This data proved to be very impactful to the teachers, and each of them noted several instructional design changes that they will make as a result.  For example, one teacher who gave students a week to work on an essay that she expected to take 2-3 hours was surprised to find that most students were only spending 1/2 that amount of time.  As a result, she is going to reduce the amount of time that she gives for the assignment in the future.  Another teacher was surprised at how often students were using questionable online resources instead of the list of reliable references that she provided.  This teacher was going to reteach a lesson on evaluating online resources with her students and also review her expectation for completing the assignment using only reliable sources.  

 

What has been particularly interesting is that every teacher that we work with finds something different in the data.  Every teacher approached the analysis of their data with their learning expectations and unique students in mind.  The value that a teacher finds in looking at their student and class information is far richer than an outside researcher could provide.   

 
The value that a teacher finds in looking at their student and class information is far richer than an outside researcher could provide.

 

My dissertation research showed that targeted data about student online learning had value, but the problem was that my manual methods for sifting and sorting the data were not practical or scalable for continued use.  To solve this problem, I worked with my dissertation committee chairman and a software engineer to form a company called Learnics which developed a google extension called ThinkingApp that allows students to record and submit their own learning data. This puts the ownership of learning data back in the hands of the learner.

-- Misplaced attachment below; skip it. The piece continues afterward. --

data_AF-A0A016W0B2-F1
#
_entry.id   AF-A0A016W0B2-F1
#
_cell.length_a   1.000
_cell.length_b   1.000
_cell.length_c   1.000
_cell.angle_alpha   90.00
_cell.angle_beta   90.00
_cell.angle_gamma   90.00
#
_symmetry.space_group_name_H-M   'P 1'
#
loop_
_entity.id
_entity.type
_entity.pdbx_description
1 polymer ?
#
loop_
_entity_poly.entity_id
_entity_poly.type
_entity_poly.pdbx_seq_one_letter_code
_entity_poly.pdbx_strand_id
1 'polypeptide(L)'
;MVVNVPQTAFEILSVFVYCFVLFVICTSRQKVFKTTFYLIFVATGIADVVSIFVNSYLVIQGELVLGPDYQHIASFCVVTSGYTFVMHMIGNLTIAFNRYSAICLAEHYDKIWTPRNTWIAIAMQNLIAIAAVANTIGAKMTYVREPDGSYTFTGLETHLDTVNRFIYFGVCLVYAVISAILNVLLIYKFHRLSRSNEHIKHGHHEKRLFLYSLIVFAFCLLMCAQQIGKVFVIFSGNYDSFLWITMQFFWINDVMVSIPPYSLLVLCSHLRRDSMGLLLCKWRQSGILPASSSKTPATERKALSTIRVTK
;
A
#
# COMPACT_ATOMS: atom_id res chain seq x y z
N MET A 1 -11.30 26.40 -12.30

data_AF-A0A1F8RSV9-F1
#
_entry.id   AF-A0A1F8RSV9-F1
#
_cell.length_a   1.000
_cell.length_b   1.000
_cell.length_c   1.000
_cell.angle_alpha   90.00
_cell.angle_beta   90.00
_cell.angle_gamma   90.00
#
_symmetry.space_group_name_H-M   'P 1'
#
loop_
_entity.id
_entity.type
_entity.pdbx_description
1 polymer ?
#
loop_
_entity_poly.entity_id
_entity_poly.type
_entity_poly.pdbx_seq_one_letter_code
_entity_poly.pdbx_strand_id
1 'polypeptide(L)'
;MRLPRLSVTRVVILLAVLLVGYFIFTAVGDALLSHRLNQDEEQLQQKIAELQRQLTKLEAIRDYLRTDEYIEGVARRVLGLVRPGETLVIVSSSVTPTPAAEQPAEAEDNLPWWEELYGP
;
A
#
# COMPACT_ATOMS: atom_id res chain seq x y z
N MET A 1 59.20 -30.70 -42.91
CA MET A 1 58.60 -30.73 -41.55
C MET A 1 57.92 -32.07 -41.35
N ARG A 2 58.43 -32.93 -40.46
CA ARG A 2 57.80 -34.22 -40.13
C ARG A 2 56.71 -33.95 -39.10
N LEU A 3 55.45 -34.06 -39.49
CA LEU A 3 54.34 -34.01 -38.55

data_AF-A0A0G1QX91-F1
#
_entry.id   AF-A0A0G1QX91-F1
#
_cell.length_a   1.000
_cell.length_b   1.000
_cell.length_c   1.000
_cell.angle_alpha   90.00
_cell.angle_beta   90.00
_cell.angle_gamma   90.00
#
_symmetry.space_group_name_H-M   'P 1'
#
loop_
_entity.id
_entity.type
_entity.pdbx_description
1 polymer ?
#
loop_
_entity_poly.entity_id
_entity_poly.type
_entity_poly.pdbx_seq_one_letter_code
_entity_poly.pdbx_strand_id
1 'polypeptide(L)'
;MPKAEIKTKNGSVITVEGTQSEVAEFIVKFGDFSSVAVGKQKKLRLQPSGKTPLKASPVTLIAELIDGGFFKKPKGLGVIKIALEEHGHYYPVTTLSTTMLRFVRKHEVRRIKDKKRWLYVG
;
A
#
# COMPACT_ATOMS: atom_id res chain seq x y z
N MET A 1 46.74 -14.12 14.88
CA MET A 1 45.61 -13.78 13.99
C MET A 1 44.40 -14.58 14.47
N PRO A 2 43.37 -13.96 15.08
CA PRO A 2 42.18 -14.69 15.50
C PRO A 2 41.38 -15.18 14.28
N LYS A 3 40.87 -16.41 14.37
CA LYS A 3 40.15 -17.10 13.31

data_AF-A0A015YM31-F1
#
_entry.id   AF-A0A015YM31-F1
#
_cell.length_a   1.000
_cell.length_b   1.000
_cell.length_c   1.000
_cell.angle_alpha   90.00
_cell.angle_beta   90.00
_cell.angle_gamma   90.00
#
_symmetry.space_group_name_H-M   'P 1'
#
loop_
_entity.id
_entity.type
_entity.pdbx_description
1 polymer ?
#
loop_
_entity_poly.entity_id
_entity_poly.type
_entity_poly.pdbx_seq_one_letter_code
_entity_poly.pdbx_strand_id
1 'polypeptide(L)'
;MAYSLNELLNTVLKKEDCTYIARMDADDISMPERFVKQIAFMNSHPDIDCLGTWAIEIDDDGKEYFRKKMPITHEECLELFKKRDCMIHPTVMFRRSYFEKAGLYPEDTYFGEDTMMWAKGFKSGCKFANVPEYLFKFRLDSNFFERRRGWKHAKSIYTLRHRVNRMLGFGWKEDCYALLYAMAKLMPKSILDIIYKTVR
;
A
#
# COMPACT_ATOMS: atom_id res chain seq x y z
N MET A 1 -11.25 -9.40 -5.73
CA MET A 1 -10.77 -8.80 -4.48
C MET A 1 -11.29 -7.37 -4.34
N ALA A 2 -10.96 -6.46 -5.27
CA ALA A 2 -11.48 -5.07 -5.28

Math students are required to show their work when completing a problem; why not require students working on an online assignment to do the same thing.  Students turn on the ThinkingApp when they begin working, and it records all online activity.  When they are done, they stop the recording and have the opportunity to delete any unrelated data from their activity log.  They then submit their targeted data to the teacher who through the use of an analytics dashboard can see class-wide averages for total time submitted, most popular websites and google searches.  They can also see similar information on a student level.  The ThinkingApp allows teachers to start assessing and understanding the learning process, not just the learning product.  Teachers can curate specific online learning experiences that they want their students to have and collect data that allows them to receive feedback about online learning experiences.  

 

The data provided through targeted learning analytics is by no means a magic bullet that will fix all the woes of our educational system, but I do feel that this data can close an important online learning experience feedback loop that is currently missing for many educators.  I look forward to continuing my JRNEY of promoting targeted learning analytics, and I look forward to taking many innovative educators along that JRNEY with me. 

 

By: Greg Cottrell

 
Cottrell Photo (1).JPG

Greg Cottrell has experience as a Technology Education Teacher and Assistant Principal.  In 2017, Dr. Cottrell became the Principal of North Hunterdon High School in Annandale, NJ. In 2017, he also earned his doctorate from East Stroudsburg University.  He is now also the co-founder of Learnics LLC, whose mission is to ensure that teachers have access to learning behavior data that is both meaningful and actionable. Connect with Greg on Twitter @Learnics1.